Saturday, July 2, 2016

Rhythm & Clues by Sue Anne Jaffarian

Rating: WARTY!

Not to be confused with Rhythm & Clues by Rachel Shane, this is your bog-standard first person PoV detective story, of which I am not a fan. The thing that interested me about this particular one is that the main character was older than you typically find in these stories, and she was a member of a defunct band. The problem was that instead of a detective, the main character and her mother both came off as interfering busybodies.

Actually, there were far too many busybodies: the whole family was this way evidently, as well as the daughter of the man with whom main character Odelia's mom was involved. Odelia Grey and her mom in particular, had no problem getting into an investigation that had nothing whatsoever to do with them, and in which they were in fact interfering with police business, and doing so after they'd been warned in no uncertain terms by police officers, to stay out of the investigation. At one point the mom calls a person who might be a suspect and gives him information which has not yet been made public, before the police even have a chance to talk to him. This is unacceptable and turned me right off the story and the characters.

In addition to this, the writing style was not very good. The writing focused way too closely on minor everyday activities, bulking up the page count without conveying anything of interest, and certainly nothing to do with the investigation. It made for somewhat tedious reading. Some of the writing made no sense whatsoever. For example, at one point, Odelia outright asks her mom if she's having sex with a guy who lives in the same retiree, gated community in which she lives. Seriously? What the hell business is it of hers? Well, she's a busybody. That wasn't even the biggest problem. After Odelia asks this of her mom, and her mom indicates that she is, I read this: "It was difficult enough getting the picture of Mom and Art doing it out of my head" so why the hell did you even ask? It made no sense.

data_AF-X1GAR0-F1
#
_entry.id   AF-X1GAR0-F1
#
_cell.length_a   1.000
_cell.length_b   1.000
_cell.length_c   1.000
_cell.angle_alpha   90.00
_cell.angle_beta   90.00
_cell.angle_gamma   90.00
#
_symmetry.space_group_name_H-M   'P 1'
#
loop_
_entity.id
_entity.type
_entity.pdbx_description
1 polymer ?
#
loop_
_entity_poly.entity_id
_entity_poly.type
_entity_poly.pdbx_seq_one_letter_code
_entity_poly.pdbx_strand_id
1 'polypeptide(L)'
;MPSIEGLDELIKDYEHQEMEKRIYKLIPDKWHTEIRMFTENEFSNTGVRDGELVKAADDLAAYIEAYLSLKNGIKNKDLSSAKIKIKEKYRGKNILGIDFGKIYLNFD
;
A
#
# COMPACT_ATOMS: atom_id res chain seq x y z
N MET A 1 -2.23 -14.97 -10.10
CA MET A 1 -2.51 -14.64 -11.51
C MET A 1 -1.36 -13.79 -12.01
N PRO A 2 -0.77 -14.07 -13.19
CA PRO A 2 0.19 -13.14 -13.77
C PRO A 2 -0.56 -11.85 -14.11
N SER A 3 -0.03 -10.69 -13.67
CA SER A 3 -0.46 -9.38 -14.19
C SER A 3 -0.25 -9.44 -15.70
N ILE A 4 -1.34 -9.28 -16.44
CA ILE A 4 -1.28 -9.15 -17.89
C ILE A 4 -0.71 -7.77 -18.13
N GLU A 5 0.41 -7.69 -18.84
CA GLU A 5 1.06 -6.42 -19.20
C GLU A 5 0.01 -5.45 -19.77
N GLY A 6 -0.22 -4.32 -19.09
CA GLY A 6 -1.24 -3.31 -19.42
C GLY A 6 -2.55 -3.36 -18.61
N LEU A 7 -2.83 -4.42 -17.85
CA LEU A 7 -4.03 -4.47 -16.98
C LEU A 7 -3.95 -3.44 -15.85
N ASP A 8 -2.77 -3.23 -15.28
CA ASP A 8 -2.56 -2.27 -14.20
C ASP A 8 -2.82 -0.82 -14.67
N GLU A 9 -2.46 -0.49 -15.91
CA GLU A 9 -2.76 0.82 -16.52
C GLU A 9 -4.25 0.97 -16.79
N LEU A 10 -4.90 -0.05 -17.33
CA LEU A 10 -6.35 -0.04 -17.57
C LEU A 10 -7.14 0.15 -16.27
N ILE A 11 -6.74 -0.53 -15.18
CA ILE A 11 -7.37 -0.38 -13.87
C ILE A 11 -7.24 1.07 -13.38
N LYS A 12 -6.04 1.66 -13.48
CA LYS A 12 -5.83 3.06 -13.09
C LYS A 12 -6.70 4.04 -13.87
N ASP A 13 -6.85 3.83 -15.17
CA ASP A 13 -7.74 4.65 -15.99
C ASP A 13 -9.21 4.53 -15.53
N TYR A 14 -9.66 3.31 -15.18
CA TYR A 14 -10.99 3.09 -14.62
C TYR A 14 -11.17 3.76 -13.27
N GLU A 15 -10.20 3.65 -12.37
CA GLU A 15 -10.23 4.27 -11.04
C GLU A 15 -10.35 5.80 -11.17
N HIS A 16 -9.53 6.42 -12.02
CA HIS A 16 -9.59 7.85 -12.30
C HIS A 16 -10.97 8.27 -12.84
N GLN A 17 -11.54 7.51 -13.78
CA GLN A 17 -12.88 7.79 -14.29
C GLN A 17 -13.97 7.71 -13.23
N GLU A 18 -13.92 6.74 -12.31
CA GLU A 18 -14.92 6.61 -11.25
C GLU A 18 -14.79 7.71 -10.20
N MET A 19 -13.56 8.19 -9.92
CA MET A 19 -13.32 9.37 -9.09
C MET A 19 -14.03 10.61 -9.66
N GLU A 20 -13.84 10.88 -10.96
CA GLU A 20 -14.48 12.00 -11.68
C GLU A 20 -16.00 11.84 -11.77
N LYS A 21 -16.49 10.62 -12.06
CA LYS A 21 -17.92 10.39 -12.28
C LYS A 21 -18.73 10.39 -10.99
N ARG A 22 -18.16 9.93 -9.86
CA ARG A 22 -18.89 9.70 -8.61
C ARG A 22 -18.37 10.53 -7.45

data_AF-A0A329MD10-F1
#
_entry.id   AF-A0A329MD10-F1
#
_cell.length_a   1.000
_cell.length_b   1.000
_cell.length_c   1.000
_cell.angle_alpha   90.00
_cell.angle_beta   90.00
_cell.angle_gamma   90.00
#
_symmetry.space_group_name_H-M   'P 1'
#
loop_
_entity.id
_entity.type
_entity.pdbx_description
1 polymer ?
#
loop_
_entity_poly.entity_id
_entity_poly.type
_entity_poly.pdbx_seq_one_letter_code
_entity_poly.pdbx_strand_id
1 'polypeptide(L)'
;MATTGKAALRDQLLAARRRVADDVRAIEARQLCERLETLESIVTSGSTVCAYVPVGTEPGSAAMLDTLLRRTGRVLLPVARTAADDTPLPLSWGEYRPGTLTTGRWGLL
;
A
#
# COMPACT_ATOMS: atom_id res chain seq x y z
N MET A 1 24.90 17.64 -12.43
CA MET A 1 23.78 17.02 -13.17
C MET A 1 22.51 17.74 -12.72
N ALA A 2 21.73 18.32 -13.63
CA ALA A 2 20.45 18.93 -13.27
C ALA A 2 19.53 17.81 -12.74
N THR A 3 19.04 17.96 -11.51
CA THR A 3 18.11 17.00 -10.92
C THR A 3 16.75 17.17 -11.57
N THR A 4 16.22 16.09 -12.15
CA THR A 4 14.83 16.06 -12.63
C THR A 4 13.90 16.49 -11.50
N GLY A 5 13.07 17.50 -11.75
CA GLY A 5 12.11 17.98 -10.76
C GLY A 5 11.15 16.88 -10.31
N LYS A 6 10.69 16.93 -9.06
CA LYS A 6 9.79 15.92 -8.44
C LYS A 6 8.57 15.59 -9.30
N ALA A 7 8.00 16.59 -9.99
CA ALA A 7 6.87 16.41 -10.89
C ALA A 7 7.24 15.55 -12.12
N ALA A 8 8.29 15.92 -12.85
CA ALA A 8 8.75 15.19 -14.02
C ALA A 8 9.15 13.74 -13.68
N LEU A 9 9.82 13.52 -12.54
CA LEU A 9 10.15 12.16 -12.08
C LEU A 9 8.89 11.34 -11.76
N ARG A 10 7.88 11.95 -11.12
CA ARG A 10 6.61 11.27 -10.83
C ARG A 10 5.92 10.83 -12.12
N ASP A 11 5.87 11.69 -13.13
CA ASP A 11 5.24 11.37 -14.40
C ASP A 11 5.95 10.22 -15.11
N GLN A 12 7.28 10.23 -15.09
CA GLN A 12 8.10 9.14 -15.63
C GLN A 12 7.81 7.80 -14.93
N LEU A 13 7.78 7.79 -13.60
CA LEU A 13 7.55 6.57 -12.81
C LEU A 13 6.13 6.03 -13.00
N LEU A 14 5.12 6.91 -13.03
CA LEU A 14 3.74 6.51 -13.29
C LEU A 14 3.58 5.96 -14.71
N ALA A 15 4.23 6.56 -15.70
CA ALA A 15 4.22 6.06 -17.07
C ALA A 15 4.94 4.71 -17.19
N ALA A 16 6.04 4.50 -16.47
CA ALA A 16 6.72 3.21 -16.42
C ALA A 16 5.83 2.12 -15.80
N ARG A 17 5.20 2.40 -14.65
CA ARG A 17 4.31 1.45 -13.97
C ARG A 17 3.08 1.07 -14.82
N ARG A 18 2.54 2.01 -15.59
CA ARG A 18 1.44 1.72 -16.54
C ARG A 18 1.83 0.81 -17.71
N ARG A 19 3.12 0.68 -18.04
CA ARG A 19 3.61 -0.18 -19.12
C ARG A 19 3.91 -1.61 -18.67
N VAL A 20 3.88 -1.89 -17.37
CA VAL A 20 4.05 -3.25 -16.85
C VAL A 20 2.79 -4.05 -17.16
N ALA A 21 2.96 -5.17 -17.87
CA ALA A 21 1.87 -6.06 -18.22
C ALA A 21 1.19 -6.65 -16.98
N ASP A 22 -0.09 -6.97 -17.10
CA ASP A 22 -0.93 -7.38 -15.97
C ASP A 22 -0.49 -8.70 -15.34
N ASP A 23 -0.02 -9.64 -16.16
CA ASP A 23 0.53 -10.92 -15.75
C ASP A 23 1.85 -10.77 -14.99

At another point, there was an exchange between Odelia and her lawyer employer who is called in to help. He says, "I had to shave while driving 75 miles per hour," and she "points out" that he drives a stick shift. If he's doing seventy, he's not shifting gears, so how is that even relevant?! Other than that he's a moron if he's shaving and driving at that speed - or even driving at all. This guy is supposedly a lawyer and should know better, but then none of the characters I encountered in this story seemed blessed with an over-abundance of smarts.

Sometimes the writing was simply obscure: "She said she'd just flown in saying she was on a two week vacation from her job." Huh?! There were some intentionally funny bits, though, such as this one: For a minute I wondered if she was going to try to make a run for it. Or more like a shuffle for it, considering her age. That was amusing, but this kind of thing was rare. Mostly it was just annoying as Odelia's mom gets (or at least lets) her grand-niece break into a neighbor's apartment because Odelia's mom is in a fluster about why he's 'disappeared'. Then they call Odelia at 1:30 in the morning because they were both hauled down to the police station. Well deal with it. You broke into someone's house, morons. These people were stupid and insufferable, and I lost all interest in reading about them. I quit this after thirty percent, because I couldn't bear to read any more about them.

The front of the novel has some "praise" including one comment from Kirkus, which is pointless. Kirkus has pretty much never met a novel they didn't like, so their reviews are utterly worthless! I actively avoid books (when I know beforehand) that Kirkus has praised. The story (at least the thirty percent I read) had nothing to do with music other than that the guy who has disappeared (and without notifying Odelia's mom, with whom he's not really acquainted, of his exact itinerary! The scandal!), was once in a band, so the music angle was a complete let-down for me. This guy could have been on a cycling team or in a group of charity volunteers, and pretty much the same story could have been told about him.

So overall, while I do appreciate the chance to have taken a look at an advance review copy, and while I do wish the author the best of luck with this series, I was not impressed with the story. I have no interest in pursuing a series based on these characters, and I can't recommend this based on the portion I read.

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